Le gros du script en place, adapter-le un peu:
- choisissez la méthode de génération d'aléa
- changer la variable qui contient votre nom d'utilisateur (ou virez le code qui sert au debuggage)
- changez éventuellement la librairie utilisée pour encoder votre audio. Dans cet exemple j'utilise libaacplus (non fourni par défaut) qui permet une compression en HE-AAC v2 jusque 64kbps ; c'est franchement bon!
- adapter éventuellement le dossier qui contiendra les fichier temporaires. Mais rester dans /tmp, je crois que Linux se charge de faire le ménage de temps en temps.

Après allez dans Subsonic>Paramètres>Encodage> Ajouter un transcodage
Destination: m4a
Etape 1: aac-convert.sh %s %bk

Après allez dans Subsonic>Paramètres>Lecteurs et activer le nouvel encodeur sur les lecteurs qu'il vous plaira
Posts: 7
Joined: Mon May 16, 2011 8:48 am

Re: * > aac streaming with webplayer (JWplayer)

Postby lildadou » Mon Mar 25, 2013 2:06 pm

I present a slightly improved version.
Now, encoded name file use SHA for better performance. If file are already into tmp folder then audio file doen't re-encoded.
Futhermore tmp folder can be customized and will be created automatically if it doesn't exist.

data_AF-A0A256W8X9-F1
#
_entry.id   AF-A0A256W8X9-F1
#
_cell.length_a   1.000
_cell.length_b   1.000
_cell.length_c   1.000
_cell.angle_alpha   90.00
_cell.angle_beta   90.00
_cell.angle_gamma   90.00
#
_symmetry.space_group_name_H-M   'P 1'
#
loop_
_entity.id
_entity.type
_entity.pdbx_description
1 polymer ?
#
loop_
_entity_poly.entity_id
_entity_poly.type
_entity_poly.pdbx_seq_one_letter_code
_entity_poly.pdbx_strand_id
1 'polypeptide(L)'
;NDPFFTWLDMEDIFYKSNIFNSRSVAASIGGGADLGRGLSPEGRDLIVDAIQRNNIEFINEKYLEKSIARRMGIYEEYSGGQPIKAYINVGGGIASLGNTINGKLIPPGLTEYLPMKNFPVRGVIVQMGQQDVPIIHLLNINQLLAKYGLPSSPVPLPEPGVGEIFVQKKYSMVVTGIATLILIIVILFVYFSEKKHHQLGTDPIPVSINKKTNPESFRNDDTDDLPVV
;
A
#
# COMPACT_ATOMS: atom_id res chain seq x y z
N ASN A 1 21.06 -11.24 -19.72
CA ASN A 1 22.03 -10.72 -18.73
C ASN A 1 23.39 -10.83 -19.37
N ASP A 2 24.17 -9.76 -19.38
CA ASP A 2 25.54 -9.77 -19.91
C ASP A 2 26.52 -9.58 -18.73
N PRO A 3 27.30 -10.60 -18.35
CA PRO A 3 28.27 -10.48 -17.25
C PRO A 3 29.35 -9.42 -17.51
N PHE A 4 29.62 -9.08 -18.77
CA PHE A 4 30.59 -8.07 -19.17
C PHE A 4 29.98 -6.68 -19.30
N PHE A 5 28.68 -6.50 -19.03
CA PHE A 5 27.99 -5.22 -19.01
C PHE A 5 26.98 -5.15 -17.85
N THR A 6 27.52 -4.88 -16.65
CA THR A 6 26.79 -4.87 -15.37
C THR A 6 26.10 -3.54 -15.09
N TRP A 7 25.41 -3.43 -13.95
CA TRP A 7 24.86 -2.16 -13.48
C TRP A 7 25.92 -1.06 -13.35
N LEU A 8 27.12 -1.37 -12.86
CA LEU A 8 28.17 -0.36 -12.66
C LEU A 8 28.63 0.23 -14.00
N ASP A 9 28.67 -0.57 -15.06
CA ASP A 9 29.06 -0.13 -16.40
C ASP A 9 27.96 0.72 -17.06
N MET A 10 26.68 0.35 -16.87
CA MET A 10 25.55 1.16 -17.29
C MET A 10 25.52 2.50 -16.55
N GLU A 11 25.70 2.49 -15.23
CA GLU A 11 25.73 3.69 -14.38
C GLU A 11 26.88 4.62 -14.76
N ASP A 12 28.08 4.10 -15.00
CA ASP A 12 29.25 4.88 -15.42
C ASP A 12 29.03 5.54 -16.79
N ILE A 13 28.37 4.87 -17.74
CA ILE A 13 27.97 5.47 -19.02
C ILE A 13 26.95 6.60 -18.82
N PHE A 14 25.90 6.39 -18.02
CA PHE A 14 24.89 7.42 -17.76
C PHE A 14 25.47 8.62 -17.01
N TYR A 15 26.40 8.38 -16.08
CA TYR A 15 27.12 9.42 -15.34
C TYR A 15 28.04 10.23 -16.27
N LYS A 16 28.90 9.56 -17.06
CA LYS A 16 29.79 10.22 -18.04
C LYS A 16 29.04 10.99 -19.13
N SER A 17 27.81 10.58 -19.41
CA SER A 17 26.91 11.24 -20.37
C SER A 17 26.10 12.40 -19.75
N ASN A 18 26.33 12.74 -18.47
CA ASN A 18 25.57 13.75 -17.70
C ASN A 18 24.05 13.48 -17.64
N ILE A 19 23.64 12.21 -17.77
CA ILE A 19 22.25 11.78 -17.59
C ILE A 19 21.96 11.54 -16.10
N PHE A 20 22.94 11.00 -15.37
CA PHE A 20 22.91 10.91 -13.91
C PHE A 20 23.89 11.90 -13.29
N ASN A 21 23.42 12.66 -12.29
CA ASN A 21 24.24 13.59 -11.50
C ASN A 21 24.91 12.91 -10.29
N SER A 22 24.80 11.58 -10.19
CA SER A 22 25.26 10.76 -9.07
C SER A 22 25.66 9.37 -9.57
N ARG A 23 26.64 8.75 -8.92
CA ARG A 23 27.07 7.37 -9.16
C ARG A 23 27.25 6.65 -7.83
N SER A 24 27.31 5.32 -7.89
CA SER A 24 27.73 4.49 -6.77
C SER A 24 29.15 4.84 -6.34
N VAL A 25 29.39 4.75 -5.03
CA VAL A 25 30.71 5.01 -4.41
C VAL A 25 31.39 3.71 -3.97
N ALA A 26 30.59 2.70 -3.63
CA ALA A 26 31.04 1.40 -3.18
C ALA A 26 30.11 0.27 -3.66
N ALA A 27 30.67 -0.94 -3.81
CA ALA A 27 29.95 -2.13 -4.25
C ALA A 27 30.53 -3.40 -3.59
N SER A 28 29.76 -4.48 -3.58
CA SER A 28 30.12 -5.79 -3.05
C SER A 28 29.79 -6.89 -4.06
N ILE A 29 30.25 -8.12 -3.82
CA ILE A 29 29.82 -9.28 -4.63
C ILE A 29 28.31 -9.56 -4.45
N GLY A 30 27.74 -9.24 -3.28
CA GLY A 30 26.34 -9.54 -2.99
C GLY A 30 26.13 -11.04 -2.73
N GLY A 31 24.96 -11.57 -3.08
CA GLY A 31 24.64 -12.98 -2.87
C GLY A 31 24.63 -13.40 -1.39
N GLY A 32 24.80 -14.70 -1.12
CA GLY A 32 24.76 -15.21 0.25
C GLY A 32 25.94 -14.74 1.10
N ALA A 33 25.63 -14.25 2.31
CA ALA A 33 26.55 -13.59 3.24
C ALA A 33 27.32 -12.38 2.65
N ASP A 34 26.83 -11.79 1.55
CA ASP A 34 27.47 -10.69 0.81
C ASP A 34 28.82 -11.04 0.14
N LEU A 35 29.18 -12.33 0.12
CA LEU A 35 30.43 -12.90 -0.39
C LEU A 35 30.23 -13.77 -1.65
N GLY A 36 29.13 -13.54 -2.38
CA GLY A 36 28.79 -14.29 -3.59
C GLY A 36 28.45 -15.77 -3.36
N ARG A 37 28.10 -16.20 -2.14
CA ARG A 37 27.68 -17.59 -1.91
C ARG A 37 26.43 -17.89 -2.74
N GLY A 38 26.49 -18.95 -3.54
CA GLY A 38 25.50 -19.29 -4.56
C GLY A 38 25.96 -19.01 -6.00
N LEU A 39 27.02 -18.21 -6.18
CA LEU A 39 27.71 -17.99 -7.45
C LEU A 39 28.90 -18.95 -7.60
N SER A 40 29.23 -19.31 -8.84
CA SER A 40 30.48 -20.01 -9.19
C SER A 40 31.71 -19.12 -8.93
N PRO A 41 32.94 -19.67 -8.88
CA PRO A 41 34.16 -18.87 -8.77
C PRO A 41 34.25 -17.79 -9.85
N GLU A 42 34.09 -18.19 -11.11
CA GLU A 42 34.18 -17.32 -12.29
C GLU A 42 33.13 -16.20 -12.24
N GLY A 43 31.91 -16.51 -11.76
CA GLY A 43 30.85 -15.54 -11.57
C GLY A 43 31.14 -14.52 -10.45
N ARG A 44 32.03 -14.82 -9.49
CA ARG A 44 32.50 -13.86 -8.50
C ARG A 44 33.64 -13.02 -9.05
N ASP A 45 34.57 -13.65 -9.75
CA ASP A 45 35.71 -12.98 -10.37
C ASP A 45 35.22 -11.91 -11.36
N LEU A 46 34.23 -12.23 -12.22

Code: Select all
if [ ! -d $tmpoutfolder ]
        mkdir -p $tmpoutfolder
tmpid=`echo "$1" | sha1sum`


echo -e "Input: $1 \n\
Output: $tmpout \n\
Bitrate: $2 " >> /home/$username/.subsonic/aac-convert.log
if [ ! -f $tmpout ]
        echo -e "ffmpeg stderr:\n" >> /home/$username/.subsonic/aac-convert.log
        /usr/local/bin/ffmpeg -i "$1" -codec:a libaacplus -ab $2 $tmpout 2>> /home/$username/.subsonic/aac-convert.log
        echo -e "ffmpeg: Cache matching!\n" >> /home/$username/.subsonic/aac-convert.log

echo -e "\n\n\n" >> /home/$username/.subsonic/aac-convert.log
cat $tmpout
Posts: 7
Joined: Mon May 16, 2011 8:48 am

Re: * > aac streaming with webplayer (JWplayer)

Postby lildadou » Mon Mar 25, 2013 10:22 pm

I make a mistake into the first line of my previous post.
You must replace #/bin/sh by #!/bin/bash :oops:
Posts: 7
Joined: Mon May 16, 2011 8:48 am

Return to Tutorials

Who is online

Users browsing this forum: No registered users and 2 guests